[T]he off frame effect in photography results from a singular and definitive cutting off which figures castration and is figured by the click of the shutter. It marks the place of an irreversible absence, a place from which the look has been averted forever. The photograph itself, the ‘in frame’, the abducted part-space, the place of presence and fullness—although undermined and haunted by the feeling of its exterior, of its borderlines, which are the past, the left, the lost—a … shares, as we see, many properties of the fetish (as object), if not directly of fetishism (as activity).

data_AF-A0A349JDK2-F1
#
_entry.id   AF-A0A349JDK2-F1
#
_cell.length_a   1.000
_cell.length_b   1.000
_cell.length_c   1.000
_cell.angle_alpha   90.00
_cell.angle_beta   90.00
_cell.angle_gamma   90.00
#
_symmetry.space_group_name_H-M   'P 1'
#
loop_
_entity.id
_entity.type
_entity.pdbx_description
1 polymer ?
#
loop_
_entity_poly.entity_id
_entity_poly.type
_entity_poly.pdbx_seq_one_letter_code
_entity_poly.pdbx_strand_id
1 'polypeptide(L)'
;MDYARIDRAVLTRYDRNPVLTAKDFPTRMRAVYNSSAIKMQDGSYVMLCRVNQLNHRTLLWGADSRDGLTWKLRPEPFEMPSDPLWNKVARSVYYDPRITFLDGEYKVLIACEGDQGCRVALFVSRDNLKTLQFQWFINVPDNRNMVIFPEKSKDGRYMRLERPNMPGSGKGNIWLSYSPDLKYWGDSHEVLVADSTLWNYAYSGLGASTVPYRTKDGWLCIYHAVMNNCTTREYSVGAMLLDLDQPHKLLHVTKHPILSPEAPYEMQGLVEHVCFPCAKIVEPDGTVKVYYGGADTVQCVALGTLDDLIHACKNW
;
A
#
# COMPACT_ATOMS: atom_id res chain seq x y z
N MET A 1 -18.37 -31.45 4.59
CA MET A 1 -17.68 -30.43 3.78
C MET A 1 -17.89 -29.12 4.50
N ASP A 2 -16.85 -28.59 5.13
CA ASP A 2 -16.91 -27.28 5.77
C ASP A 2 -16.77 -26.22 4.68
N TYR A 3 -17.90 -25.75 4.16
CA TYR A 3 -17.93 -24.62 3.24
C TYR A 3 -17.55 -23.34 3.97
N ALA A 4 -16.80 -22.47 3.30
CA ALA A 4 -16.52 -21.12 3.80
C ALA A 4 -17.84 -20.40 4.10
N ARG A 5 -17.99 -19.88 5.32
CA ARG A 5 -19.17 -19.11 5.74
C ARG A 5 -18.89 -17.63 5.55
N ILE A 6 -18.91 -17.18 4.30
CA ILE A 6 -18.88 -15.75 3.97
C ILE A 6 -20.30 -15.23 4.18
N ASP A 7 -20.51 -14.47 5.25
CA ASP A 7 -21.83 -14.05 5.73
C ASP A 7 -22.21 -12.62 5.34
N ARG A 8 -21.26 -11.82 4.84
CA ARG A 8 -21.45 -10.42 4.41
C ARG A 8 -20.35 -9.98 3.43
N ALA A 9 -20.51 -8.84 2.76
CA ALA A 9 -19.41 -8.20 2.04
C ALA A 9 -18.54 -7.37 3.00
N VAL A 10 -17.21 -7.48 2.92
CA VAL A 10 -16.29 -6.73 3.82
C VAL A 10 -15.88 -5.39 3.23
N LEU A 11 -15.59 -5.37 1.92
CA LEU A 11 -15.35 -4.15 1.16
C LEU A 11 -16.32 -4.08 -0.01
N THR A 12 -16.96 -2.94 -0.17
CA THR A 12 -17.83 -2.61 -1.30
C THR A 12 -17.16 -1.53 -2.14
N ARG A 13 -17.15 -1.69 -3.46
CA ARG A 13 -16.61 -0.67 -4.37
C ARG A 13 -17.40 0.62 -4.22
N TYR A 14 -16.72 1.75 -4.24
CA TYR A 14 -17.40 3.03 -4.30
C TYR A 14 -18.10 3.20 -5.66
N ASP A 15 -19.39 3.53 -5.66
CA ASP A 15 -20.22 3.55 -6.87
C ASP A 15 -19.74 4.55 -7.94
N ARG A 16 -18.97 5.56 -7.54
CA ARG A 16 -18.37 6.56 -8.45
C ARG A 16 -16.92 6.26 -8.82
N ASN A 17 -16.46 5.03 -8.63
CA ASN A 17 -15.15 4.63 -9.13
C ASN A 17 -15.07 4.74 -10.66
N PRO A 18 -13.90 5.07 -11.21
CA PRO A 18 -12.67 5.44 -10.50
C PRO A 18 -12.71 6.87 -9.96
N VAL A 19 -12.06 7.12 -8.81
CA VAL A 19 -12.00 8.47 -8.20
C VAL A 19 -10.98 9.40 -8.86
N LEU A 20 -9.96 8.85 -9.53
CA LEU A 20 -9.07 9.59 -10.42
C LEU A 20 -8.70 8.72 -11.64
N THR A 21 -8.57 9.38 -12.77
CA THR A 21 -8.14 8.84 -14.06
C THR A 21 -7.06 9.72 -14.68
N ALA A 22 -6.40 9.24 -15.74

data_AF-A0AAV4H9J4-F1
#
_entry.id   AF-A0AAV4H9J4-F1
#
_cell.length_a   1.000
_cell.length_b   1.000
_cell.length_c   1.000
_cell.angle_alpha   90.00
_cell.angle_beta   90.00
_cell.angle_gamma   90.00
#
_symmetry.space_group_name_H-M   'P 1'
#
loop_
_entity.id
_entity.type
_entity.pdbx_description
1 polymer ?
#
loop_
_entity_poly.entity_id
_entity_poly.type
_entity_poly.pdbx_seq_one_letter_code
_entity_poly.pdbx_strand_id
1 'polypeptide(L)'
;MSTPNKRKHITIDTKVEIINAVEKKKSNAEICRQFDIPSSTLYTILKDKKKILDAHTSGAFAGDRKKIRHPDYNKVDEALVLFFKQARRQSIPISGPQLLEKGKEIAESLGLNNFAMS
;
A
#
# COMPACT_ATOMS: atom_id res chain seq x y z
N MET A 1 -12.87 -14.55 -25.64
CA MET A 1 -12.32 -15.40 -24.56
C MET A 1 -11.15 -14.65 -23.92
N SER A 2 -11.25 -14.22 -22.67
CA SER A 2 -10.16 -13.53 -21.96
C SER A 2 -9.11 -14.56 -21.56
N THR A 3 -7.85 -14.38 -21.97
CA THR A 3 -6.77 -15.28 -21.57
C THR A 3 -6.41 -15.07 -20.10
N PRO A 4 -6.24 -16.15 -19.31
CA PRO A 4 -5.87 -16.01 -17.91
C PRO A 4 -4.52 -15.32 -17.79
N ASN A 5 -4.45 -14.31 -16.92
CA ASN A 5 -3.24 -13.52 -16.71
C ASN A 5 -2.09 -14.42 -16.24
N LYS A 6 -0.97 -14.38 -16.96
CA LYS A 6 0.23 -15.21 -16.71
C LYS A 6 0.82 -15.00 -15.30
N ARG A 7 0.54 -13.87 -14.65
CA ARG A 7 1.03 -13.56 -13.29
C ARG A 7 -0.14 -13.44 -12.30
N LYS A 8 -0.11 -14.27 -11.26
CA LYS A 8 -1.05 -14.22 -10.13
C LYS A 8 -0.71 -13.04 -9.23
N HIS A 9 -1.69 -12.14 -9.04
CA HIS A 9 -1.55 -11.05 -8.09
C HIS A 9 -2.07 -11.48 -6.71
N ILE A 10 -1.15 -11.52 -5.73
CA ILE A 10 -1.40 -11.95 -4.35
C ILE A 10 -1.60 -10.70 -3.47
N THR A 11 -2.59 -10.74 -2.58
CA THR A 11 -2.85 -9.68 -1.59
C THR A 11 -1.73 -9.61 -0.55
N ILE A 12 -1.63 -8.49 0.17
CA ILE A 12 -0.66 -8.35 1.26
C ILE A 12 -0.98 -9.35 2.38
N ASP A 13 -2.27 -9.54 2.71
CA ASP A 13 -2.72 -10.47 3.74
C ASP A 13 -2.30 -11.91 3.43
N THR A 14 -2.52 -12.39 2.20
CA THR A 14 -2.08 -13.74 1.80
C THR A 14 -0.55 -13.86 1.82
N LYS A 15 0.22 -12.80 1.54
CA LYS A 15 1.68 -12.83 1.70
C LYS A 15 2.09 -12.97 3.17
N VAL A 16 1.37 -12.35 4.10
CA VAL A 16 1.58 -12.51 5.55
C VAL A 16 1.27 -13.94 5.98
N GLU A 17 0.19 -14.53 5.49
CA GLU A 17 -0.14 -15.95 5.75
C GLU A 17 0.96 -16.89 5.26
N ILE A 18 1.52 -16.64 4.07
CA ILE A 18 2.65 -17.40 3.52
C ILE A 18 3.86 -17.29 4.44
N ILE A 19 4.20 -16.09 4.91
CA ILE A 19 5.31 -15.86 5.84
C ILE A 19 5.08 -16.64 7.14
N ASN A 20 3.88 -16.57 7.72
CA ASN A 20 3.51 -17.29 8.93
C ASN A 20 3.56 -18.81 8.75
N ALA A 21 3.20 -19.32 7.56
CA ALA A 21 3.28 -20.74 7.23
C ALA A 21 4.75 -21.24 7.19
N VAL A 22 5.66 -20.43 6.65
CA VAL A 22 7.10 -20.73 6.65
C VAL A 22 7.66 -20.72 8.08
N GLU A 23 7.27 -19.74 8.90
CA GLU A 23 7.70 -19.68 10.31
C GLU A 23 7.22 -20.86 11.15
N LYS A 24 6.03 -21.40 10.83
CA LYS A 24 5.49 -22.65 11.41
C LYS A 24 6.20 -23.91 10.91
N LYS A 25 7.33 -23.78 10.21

In his 1927 account of the fetish, Freud proposes that the male child, confronted with the mother's missing penis, represses this lack and finds some object to stand in as substitute—usually something close to the space of absence, such as hair, underwear, or a shoe. This substitution relieves the child’s castration anxiety, the threat of which is disavowed by the substitution, thus restoring, through displaced way, the erotic attachment. I want to focus my study not on the original, missed performance, but on the photographic object that stands in its place: the shiny, tangible, present something through which I can disavow the loss of the originary event from which I was excluded. I want to discursively cut off these images from the moment of private and exclusive collaboration in which they were made, and attempt to resituate them as photographic practise within the public context of contemporary visual art. In doing so, I am aware that I am partaking in the activity of fetishism myself, guarding against the anxiety of an original loss by a process of substitution (the photograph stands in for the lost performance event) and disavowal (but these are photographs and thus must be thought about only in the context of photography).